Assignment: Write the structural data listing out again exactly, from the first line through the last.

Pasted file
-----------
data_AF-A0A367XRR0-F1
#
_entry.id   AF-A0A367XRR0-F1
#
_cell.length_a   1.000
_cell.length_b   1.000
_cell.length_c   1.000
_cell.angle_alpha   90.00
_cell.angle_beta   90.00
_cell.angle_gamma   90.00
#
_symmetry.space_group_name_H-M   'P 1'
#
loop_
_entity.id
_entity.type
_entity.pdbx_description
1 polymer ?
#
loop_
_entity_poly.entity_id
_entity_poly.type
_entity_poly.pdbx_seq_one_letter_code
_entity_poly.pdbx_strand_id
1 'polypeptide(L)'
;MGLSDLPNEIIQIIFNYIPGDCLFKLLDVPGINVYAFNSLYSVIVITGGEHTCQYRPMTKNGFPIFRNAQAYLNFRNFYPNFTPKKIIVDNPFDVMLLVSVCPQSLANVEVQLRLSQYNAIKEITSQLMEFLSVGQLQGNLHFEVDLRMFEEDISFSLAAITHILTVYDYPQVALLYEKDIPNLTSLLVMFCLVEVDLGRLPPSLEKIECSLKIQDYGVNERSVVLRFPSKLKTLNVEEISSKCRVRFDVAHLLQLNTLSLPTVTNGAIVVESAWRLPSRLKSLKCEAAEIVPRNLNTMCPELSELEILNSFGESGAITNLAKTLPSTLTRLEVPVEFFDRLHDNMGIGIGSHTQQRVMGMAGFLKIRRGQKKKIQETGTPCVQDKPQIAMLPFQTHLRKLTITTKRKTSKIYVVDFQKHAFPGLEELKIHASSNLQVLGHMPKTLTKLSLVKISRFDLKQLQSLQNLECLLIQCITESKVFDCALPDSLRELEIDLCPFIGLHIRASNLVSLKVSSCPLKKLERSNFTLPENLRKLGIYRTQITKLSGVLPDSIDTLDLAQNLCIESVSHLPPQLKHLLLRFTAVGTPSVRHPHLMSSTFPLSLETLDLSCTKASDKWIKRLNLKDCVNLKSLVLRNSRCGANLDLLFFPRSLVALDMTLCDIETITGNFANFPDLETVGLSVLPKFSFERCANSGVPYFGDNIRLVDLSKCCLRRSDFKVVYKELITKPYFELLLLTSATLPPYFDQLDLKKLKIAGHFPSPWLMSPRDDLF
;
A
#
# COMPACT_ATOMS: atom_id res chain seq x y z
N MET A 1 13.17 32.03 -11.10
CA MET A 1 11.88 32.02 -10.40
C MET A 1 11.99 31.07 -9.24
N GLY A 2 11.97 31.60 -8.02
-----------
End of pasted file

data_AF-A0A367XRR0-F1
#
_entry.id   AF-A0A367XRR0-F1
#
_cell.length_a   1.000
_cell.length_b   1.000
_cell.length_c   1.000
_cell.angle_alpha   90.00
_cell.angle_beta   90.00
_cell.angle_gamma   90.00
#
_symmetry.space_group_name_H-M   'P 1'
#
loop_
_entity.id
_entity.type
_entity.pdbx_description
1 polymer ?
#
loop_
_entity_poly.entity_id
_entity_poly.type
_entity_poly.pdbx_seq_one_letter_code
_entity_poly.pdbx_strand_id
1 'polypeptide(L)'
;MGLSDLPNEIIQIIFNYIPGDCLFKLLDVPGINVYAFNSLYSVIVITGGEHTCQYRPMTKNGFPIFRNAQAYLNFRNFYPNFTPKKIIVDNPFDVMLLVSVCPQSLANVEVQLRLSQYNAIKEITSQLMEFLSVGQLQGNLHFEVDLRMFEEDISFSLAAITHILTVYDYPQVALLYEKDIPNLTSLLVMFCLVEVDLGRLPPSLEKIECSLKIQDYGVNERSVVLRFPSKLKTLNVEEISSKCRVRFDVAHLLQLNTLSLPTVTNGAIVVESAWRLPSRLKSLKCEAAEIVPRNLNTMCPELSELEILNSFGESGAITNLAKTLPSTLTRLEVPVEFFDRLHDNMGIGIGSHTQQRVMGMAGFLKIRRGQKKKIQETGTPCVQDKPQIAMLPFQTHLRKLTITTKRKTSKIYVVDFQKHAFPGLEELKIHASSNLQVLGHMPKTLTKLSLVKISRFDLKQLQSLQNLECLLIQCITESKVFDCALPDSLRELEIDLCPFIGLHIRASNLVSLKVSSCPLKKLERSNFTLPENLRKLGIYRTQITKLSGVLPDSIDTLDLAQNLCIESVSHLPPQLKHLLLRFTAVGTPSVRHPHLMSSTFPLSLETLDLSCTKASDKWIKRLNLKDCVNLKSLVLRNSRCGANLDLLFFPRSLVALDMTLCDIETITGNFANFPDLETVGLSVLPKFSFERCANSGVPYFGDNIRLVDLSKCCLRRSDFKVVYKELITKPYFELLLLTSATLPPYFDQLDLKKLKIAGHFPSPWLMSPRDDLF
;
A
#
# COMPACT_ATOMS: atom_id res chain seq x y z
N MET A 1 13.17 32.03 -11.10
CA MET A 1 11.88 32.02 -10.40
C MET A 1 11.99 31.07 -9.24
N GLY A 2 11.97 31.60 -8.02